The Herefords Australia Black Baldy Trial has revealed black baldy steers have a higher carcase weight, fat depth and eye muscle area than Angus.

The Herefords Australia Black Baldy Trial has revealed black baldy steers have a higher carcase weight, fat depth and eye muscle area than Angus.

Hereford genetics increase carcase value

Hereford genetics increase carcase value

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Hereford sired black baldy steers have more valuable carcasses, both with and without an eating quality premium, than their Angus sired siblings.

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Story sponsored by Herefords Australia.

Hereford sired black baldy steers have more valuable carcasses, both with and without an eating quality premium, than their Angus sired siblings.

The advantage has been quantified with the release of preliminary data from the Herefords Australia Black Baldy trial.

The trial ran over five years, from 2014 to 2019 (and continuing into 2020), with the heifers and steers born and raised at Musselroe Beef, in Tasmania.

Angus dams were joined to leading Angus and Hereford bulls by artificial insemination. They were raised under commercial conditions on pasture with no supplementary feeding.

A key aim of the project was to generate grassfed carcase data on the male progeny as well as the natural reproduction and longevity data of up to two calvings from the female progeny to aid breed genetic evaluation for the Hereford breed.

It quantified the performance benefits of reproduction, growth, carcass and eating quality of grassfed Hereford x Angus progeny against pure Angus progeny in the Australian production system.

The trial will continue to build a Hereford and crossbred reference population by genotyping large numbers of well-measured cattle.

It is a partnership between Herefords Australia, Adelaide University, Meat and Livestock Australia and Musselroe Beef.

Around 1100 cows were mated with many joined over multiple years to result in 1650 calves born across the project.

In 2019, 270 two-year-old steers were scanned on July 15 and slaughtered on July 25 at JBS Tasmania while 221 heifers were live scanned on February 18.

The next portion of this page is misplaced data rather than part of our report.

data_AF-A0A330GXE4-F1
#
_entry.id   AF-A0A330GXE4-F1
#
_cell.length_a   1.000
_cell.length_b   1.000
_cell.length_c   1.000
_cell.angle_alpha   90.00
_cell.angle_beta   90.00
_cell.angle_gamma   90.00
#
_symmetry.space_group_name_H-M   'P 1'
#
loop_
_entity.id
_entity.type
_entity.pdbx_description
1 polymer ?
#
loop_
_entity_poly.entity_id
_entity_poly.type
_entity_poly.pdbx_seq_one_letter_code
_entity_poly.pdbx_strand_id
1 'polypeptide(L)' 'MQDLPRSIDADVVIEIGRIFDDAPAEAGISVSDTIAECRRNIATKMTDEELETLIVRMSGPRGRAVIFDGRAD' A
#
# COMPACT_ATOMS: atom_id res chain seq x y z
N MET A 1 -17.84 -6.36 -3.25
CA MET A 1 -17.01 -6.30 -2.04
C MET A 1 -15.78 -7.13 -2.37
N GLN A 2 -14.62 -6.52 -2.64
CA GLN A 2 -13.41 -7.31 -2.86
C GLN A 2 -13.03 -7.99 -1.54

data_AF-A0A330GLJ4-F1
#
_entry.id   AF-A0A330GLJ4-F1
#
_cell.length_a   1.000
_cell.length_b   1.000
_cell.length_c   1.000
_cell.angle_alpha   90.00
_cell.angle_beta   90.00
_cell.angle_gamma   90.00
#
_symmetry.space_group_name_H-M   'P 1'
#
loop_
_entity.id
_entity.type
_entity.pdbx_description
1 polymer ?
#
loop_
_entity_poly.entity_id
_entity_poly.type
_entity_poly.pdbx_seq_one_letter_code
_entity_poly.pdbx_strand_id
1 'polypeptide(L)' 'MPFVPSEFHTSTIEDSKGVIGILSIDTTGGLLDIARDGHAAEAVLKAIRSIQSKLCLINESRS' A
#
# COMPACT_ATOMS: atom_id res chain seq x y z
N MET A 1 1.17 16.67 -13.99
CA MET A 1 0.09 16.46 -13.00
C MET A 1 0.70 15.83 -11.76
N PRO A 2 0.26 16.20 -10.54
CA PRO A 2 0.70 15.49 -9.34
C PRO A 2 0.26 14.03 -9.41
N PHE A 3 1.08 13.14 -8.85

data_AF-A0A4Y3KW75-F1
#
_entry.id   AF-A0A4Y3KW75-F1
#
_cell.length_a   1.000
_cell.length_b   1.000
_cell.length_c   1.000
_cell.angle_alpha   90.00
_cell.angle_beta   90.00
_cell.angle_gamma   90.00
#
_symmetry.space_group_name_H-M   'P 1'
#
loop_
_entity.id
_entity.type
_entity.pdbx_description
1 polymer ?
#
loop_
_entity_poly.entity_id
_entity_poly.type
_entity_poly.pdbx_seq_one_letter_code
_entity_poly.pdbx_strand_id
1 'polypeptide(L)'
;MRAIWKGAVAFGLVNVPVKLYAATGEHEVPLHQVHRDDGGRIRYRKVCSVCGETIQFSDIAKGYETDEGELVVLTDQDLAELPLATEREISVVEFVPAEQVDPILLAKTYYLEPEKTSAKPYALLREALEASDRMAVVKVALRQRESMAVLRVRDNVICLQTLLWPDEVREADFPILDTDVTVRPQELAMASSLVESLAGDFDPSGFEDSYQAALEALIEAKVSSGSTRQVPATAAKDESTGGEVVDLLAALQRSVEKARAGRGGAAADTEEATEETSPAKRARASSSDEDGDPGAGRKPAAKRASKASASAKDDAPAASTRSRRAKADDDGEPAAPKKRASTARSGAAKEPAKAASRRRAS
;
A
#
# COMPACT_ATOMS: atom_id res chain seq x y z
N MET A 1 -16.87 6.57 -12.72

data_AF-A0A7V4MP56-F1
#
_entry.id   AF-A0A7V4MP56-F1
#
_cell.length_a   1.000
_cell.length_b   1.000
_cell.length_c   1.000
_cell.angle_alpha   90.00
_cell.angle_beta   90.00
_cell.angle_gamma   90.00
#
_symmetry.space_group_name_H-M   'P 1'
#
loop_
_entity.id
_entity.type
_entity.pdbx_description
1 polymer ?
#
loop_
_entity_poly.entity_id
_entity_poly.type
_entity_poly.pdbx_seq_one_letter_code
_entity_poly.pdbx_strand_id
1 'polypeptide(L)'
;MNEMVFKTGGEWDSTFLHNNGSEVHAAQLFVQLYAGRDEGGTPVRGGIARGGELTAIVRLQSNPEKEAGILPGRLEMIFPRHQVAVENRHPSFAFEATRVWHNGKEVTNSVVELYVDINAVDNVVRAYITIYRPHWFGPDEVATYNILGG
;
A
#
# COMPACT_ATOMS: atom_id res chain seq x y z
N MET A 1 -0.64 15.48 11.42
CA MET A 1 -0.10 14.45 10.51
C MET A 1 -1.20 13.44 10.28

The traits measured at scanning included weight, eye muscle area, intramuscular fat, P8 fat depth and rib fat depth.

A Hereford sire can increase the profitability of a beef enterprise through both carcass value and maternal benefits.

A Hereford sire can increase the profitability of a beef enterprise through both carcass value and maternal benefits.

The steer carcasses were measured for loin eye muscle area, rib fat depth, marble score, MSA Index, meat colour, fat colour, pH and ossification.

Further testing was carried out by the University of New England meat science laboratory for IMF percentage, pH, cooking loss, shear force, brightness, redness and yellowness.

Live, carcase and meat eating quality data has been analysed by Professor Wayne and Dr Judith Pitchford of the University of Adelaide.

"The trial has confirmed Hereford cross Angus cattle have heavier carcasses at slaughter compared to purebred Angus and when carcass value was calculated based on saleable meat yield alone or with an assumed eating premium included, the Hereford crosses were more valuable to the producer," Professor Pitchford said.

"Black baldy steers had heavier carcasses which despite having lower marble scores were still worth more than Angus carcasses unless a specific Angus premium is paid."

At the live scan, Hereford sired steers were 3.4 percent heavier, had a 1.7 percent larger eye muscle area, and more rump fat. They had less intramuscular fat than the Angus sired calves.

"Black baldy steers had a higher hot standard carcass weight, P8 fat depth and eye muscle area," Professor Pitchford said.

Herefords Australia general manager Andrew Donoghue said these carcass results show Hereford sired steers maximise the profitability for a beef producer selling grass finished steers direct to processors.

"The carcase results, along with the extra growth and maternal benefits show the advantage of using a Hereford sire in your beef enterprise," Mr Donoghue said.

"It has also shown a Hereford sire can increase the profitability of a beef enterprise through both carcase value and maternal benefits, along with a low bull cost per calf produced."

Story sponsored by Herefords Australia.

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